It’s an article of quasi-religious faith in tech circles that a few of the hundreds of start-ups touting their “disruptive” potential will blossom into super-profitable giants like Google and Facebook, or fast-growing companies like AirBnB that may not yet have profits but which have scaled fast enough to dominate their space–and richly reward early investors.
Two recent Guardian (U.K.) stories on the Digital Gold Rush frenzy in San Francisco and Silicon Valley cite this faith in the inevitability of “the next big (and hugely profitable) thing” as the basic justification for investors and venture capitalists to spread billions of dollars over hundreds of new start-ups–many which started somewhere else in the world but which migrated to the Bay Area to tap the seemingly inexhaustible venture-capital vein of cash.
Silicon Valley braces itself for a fall: ‘There’ll be a lot of blood’ Wannabe entrepreneurs are still piling in to San Francisco, but there’s a sense that time is running out on the exuberant startup world
Is the dotcom bubble about to burst (again)? In Silicon Valley, millions of dollars change hands every day as investors hunt the next big thing – the ‘unicorn’, or billion-dollar tech firm. There are now almost 150, but can they all succeed?
The possibility that none of the current batch of start-ups will scale up and reward early investors with 100-fold returns is the darkest sacrilege in the Tech Faith.
The idea that tech has exhausted ideas that can create tens of billions of value almost overnight is so counter to accepted beliefs that it is akin to declaring the Earth is flat.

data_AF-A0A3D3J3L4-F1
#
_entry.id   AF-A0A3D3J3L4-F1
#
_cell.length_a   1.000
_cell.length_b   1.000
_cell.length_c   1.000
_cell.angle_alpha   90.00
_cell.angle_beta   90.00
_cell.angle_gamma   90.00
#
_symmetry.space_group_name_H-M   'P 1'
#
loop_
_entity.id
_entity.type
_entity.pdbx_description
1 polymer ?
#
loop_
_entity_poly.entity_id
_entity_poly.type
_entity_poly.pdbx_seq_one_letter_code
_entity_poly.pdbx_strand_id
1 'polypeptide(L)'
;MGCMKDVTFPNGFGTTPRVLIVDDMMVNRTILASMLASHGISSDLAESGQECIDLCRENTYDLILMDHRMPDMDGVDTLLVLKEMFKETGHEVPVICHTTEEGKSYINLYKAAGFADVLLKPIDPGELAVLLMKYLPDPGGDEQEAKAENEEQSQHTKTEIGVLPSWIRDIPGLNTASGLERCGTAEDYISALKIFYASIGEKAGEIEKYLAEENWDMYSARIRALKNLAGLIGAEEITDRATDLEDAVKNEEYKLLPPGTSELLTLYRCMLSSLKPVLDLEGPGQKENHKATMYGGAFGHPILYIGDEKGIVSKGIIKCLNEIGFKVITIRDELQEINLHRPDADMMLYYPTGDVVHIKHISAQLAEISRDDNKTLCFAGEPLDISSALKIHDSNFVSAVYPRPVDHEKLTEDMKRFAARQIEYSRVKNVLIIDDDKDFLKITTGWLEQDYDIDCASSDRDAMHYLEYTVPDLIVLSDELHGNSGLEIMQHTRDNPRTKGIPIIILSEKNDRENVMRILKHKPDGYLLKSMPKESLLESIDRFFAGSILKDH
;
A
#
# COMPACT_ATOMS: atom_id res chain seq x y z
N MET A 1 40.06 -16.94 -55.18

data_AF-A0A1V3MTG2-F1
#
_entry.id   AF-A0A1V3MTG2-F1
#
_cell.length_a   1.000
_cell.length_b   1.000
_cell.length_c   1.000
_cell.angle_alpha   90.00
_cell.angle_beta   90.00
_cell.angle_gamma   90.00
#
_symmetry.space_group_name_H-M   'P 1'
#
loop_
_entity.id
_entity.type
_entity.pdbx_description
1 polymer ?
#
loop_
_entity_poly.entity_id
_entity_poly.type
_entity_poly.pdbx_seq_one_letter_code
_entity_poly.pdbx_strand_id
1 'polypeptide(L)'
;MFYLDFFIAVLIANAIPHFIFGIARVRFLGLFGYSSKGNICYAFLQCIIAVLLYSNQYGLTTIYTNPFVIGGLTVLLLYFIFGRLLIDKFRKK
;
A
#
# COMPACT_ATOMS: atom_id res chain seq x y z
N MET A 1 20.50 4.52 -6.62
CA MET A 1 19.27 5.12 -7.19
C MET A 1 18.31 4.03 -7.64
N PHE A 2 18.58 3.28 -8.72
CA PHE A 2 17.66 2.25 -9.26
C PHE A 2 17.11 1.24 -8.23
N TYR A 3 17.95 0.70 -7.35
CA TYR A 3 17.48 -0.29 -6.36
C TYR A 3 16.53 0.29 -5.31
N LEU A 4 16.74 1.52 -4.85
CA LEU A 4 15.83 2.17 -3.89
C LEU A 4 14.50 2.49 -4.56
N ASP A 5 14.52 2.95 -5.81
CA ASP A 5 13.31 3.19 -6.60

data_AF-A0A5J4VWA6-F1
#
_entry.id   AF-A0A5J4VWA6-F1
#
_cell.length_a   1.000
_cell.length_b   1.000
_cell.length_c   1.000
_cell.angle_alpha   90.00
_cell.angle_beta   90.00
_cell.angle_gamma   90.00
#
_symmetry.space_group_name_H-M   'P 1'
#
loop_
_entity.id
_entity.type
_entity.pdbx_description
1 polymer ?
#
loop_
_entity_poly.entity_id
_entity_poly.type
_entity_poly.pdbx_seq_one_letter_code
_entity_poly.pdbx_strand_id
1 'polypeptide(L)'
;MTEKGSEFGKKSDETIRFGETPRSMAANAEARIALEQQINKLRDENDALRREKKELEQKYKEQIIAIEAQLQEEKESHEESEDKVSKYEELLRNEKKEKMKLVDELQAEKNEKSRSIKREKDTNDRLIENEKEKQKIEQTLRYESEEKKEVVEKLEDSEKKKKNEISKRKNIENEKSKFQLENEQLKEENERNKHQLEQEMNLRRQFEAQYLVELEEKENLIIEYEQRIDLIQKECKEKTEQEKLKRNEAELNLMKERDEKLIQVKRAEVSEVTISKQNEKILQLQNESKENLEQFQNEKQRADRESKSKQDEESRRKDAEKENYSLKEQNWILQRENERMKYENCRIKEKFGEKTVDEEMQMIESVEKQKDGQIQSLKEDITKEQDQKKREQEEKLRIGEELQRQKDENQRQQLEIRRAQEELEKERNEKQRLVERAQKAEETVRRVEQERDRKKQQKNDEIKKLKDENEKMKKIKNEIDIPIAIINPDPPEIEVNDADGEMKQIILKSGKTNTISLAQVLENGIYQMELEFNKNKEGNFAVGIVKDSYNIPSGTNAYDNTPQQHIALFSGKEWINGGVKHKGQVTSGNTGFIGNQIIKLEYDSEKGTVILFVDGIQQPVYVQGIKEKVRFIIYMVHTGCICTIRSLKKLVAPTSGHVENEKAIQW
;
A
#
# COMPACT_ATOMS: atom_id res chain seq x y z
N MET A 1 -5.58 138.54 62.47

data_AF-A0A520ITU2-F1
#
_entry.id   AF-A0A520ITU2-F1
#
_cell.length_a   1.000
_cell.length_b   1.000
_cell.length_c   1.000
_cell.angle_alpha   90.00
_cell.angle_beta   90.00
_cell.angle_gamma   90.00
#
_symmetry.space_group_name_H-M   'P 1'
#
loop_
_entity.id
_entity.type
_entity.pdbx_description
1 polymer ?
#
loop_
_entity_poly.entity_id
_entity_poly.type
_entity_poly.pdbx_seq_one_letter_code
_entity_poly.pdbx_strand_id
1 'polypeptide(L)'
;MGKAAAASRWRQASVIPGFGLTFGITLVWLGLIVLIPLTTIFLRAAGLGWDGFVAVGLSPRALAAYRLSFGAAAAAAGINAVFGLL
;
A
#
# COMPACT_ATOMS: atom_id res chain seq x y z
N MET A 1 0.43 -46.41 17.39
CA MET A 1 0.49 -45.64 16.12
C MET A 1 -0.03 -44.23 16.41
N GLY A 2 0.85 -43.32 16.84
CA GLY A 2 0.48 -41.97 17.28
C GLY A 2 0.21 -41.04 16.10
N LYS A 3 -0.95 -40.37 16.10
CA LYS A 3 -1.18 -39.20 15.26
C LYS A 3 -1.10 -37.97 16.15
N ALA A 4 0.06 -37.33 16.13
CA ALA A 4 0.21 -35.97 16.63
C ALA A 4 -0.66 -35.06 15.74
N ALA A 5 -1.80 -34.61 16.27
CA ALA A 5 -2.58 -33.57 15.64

Yet there is nothing intrinsically causal in the faith that 5 “Unicorns” ($1 billion+ valuation) that scale up to tens of billions in valuation and eventual profitability will emerge from a field of 500 start-ups–or even from 5,000 start-ups.
Statistical odds are not a useful tool in assessing the likelihood of a Google or Facebook emerging from the current batch of start-ups.
Rather, it requires an assessment of the potential of the concept to scale in utility and user base.
The conventional faith in an endless supply of Unicorns is based on stories such as AirBnB: a concept that now seems obvious was undiscovered and undeveloped, and even after it was launched, few grasped its global potential.
But if we examine this idea more closely, the core value is very broad-based: the core of AirBnB (and Uber et al.) is taking potentially productive assets that are currently not in the market and creating a transparent market for them: empty rooms, unused vehicles, etc.
From what I can gather, the majority of current start-ups are simply derivatives of ideas that have already taken root: Tinder for dogs (no, I did not make this up), Uber for bikes, AirBnB for parking spaces, etc., in seemingly endless profusion.
This reveals a key weakness in the boundless faith that the next AirBnB is already breathing, and simply needs an injection of cash to explode on the world stage: all these ideas are consumer-based rather than production based.
For example, digital technologies that enable higher crop yields, lower failure rates in manufacturing, etc., have quantifiable value because they either lower the costs of production or increase productivity.
This is the foundation of the Fourth Industrial Revolution that is replacing human labor on a global scale: replacing high-cost human labor with lower-cost technology is a dynamic that is essentially unstoppable and endless: whatever human labor remains must either become more productive via technology, or it will decline because few can afford the cost.